Congresswoman Bella Abzug's leadership helped establish Women's Equality Day.
Today, August 26, 2016, is Women’s Equality Day, marking the 19th Amendment to the U.S. Constitution giving women the right to vote. It's a day to remember how far we've come—and how far we have to go.
Here's the House Joint Resolution 1 proposing the 19th amendment to the states.
Women’s Equality Day began on August 26, 1970 when more than 50,000 women marched down Fifth Avenue in New York City in a show of feminist strength and a celebration of the fiftieth anniversary of the enactment of the Nineteenth Amendment.
A year later, led by Congresswoman Bella Abzug, Women’s Equality Day was proclaimed in a joint resolution from Congress.
U.S. President Barack Obama just issued a proclamation stating the federal government’s “resolve to protect this constitutional right and pledge to continue fighting for equality for women and girls.” Since 1980, more women than men have turned out to vote in U.S. elections, but women still hold only 19.3 percent of seats in the House of Representatives and 20 percent in the U.S. Senate.
Today we celebrate the power of the women's equality movement and how far we've come with this article by leading suffragist Belle Case LaFollette from our archives of August, 1920.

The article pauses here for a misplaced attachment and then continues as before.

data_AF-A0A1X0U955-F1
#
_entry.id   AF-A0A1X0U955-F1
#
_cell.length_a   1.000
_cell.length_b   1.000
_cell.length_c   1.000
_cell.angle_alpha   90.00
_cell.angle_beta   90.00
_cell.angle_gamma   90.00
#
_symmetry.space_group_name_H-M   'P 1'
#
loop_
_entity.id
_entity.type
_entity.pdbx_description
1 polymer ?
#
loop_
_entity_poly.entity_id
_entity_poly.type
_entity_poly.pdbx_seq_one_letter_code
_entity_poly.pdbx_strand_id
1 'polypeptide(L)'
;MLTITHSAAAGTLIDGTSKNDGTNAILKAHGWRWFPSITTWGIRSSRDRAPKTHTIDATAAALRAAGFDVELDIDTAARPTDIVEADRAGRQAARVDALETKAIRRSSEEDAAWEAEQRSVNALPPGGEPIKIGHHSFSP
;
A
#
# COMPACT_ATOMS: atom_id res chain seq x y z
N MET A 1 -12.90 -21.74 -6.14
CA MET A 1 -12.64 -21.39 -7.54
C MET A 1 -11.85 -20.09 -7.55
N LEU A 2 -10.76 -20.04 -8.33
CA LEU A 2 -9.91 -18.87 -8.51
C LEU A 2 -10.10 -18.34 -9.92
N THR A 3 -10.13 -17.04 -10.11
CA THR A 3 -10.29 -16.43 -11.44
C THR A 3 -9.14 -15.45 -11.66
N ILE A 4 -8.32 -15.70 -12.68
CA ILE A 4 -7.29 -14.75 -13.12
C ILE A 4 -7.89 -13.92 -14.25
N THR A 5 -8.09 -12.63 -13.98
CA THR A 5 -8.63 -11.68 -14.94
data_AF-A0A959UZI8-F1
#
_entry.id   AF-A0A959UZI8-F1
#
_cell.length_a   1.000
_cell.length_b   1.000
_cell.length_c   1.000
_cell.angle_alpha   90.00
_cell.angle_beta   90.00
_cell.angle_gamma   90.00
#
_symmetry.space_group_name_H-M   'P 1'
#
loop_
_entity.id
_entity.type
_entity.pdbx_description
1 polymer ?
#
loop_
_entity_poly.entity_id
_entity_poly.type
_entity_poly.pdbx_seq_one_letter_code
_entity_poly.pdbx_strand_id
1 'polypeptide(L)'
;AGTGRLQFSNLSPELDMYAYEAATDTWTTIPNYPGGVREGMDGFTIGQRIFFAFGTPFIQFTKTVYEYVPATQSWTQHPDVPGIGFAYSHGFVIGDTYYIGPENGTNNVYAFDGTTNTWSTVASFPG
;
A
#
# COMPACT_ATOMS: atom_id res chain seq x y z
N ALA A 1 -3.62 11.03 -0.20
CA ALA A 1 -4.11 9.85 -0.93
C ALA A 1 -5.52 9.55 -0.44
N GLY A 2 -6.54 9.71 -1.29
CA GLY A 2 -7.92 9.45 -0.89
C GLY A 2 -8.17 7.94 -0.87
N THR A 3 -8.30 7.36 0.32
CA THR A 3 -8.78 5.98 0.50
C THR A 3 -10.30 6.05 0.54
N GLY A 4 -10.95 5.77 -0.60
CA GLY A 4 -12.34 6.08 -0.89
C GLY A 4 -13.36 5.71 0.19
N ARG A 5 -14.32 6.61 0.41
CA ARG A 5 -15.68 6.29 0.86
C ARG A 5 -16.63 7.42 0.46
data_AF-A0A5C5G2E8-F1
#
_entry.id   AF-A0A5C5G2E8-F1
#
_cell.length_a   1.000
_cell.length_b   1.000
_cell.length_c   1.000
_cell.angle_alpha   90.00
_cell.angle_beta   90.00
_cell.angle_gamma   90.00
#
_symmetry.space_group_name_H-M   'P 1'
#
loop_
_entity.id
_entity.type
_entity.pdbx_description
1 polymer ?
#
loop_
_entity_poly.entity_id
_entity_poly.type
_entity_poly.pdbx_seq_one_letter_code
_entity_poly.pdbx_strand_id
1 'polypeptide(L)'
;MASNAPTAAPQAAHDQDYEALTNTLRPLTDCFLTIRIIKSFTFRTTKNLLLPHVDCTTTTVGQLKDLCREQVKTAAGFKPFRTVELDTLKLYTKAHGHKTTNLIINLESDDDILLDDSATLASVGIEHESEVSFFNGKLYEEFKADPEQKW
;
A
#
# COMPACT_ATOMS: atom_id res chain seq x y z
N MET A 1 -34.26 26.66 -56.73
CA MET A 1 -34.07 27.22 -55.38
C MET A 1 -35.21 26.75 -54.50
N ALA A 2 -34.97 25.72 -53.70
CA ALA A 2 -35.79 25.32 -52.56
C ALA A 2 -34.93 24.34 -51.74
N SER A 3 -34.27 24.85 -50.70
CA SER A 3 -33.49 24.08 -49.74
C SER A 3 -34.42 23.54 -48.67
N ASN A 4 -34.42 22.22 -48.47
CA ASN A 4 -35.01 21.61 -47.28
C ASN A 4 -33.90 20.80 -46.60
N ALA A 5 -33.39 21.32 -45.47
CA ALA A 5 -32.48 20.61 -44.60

by Belle LaFollette
Susan B. Anthony's prediction is verified. The women of the United States may vote in 1920.
On August 18 the State Legislature of Tennessee ratified the constitutional amendment which declares that the right of citizens of the United States to vote shall not be denied or abridged on account of sex.
Tennessee was the thirty-sixth state, making the necessary two-thirds to complete ratification.
And now the 17 million women of the United States are fully enfranchised.
The limitation to women's full participation in government on an equal footing with men is removed. For the first time in American history, women may vote in every state in the Union for candidates for all offices: local, state and national, and women may hold any office now held by men, whether appointive or elective.
The United States is among the last of the great world powers to grant the vote to women. England, Russia, Germany, Norway, Sweden and Denmark all preceded us.
Now that the United States has fully enfranchised women, other laggard nations are likely to follow.
It means that the women of the world are to share equally with men in the world's political privileges and responsibilities.
The State of Wisconsin was the first to ratify the Susan B. Anthony Amendment.
Wisconsin will be among the first to participate in an election of state and national importance.
The Wisconsin primary of September 7 comes just twenty days after the ratification of the federal amendment.
There is no time for organization for a special campaign on the part of the women of the state. Each women voter is invested with a special personal responsibility.
Ruth Conniff is editor-in-chief of the Progressive Magazine.